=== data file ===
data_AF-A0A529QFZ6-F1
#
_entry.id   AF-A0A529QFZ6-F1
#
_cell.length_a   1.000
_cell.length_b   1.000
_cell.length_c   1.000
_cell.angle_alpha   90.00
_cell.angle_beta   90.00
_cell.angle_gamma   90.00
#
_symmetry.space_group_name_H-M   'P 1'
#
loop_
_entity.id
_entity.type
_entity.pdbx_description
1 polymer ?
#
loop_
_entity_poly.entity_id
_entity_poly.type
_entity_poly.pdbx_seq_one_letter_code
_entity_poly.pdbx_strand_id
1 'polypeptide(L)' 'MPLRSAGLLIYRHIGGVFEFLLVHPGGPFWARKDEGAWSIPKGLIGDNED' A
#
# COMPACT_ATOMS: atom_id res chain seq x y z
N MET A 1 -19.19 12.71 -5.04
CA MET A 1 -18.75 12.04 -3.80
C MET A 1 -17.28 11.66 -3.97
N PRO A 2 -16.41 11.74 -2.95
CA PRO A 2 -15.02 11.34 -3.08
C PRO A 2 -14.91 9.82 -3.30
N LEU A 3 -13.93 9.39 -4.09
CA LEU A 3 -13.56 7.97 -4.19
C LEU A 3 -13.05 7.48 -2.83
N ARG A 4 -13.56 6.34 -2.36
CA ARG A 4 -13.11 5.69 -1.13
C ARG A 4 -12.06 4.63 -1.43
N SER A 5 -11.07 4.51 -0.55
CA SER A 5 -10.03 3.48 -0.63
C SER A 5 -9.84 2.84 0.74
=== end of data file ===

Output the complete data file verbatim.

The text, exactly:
data_AF-A0A529QFZ6-F1
#
_entry.id   AF-A0A529QFZ6-F1
#
_cell.length_a   1.000
_cell.length_b   1.000
_cell.length_c   1.000
_cell.angle_alpha   90.00
_cell.angle_beta   90.00
_cell.angle_gamma   90.00
#
_symmetry.space_group_name_H-M   'P 1'
#
loop_
_entity.id
_entity.type
_entity.pdbx_description
1 polymer ?
#
loop_
_entity_poly.entity_id
_entity_poly.type
_entity_poly.pdbx_seq_one_letter_code
_entity_poly.pdbx_strand_id
1 'polypeptide(L)' 'MPLRSAGLLIYRHIGGVFEFLLVHPGGPFWARKDEGAWSIPKGLIGDNED' A
#
# COMPACT_ATOMS: atom_id res chain seq x y z
N MET A 1 -19.19 12.71 -5.04
CA MET A 1 -18.75 12.04 -3.80
C MET A 1 -17.28 11.66 -3.97
N PRO A 2 -16.41 11.74 -2.95
CA PRO A 2 -15.02 11.34 -3.08
C PRO A 2 -14.91 9.82 -3.30
N LEU A 3 -13.93 9.39 -4.09
CA LEU A 3 -13.56 7.97 -4.19
C LEU A 3 -13.05 7.48 -2.83
N ARG A 4 -13.56 6.34 -2.36
CA ARG A 4 -13.11 5.69 -1.13
C ARG A 4 -12.06 4.63 -1.43
N SER A 5 -11.07 4.51 -0.55
CA SER A 5 -10.03 3.48 -0.63
C SER A 5 -9.84 2.84 0.74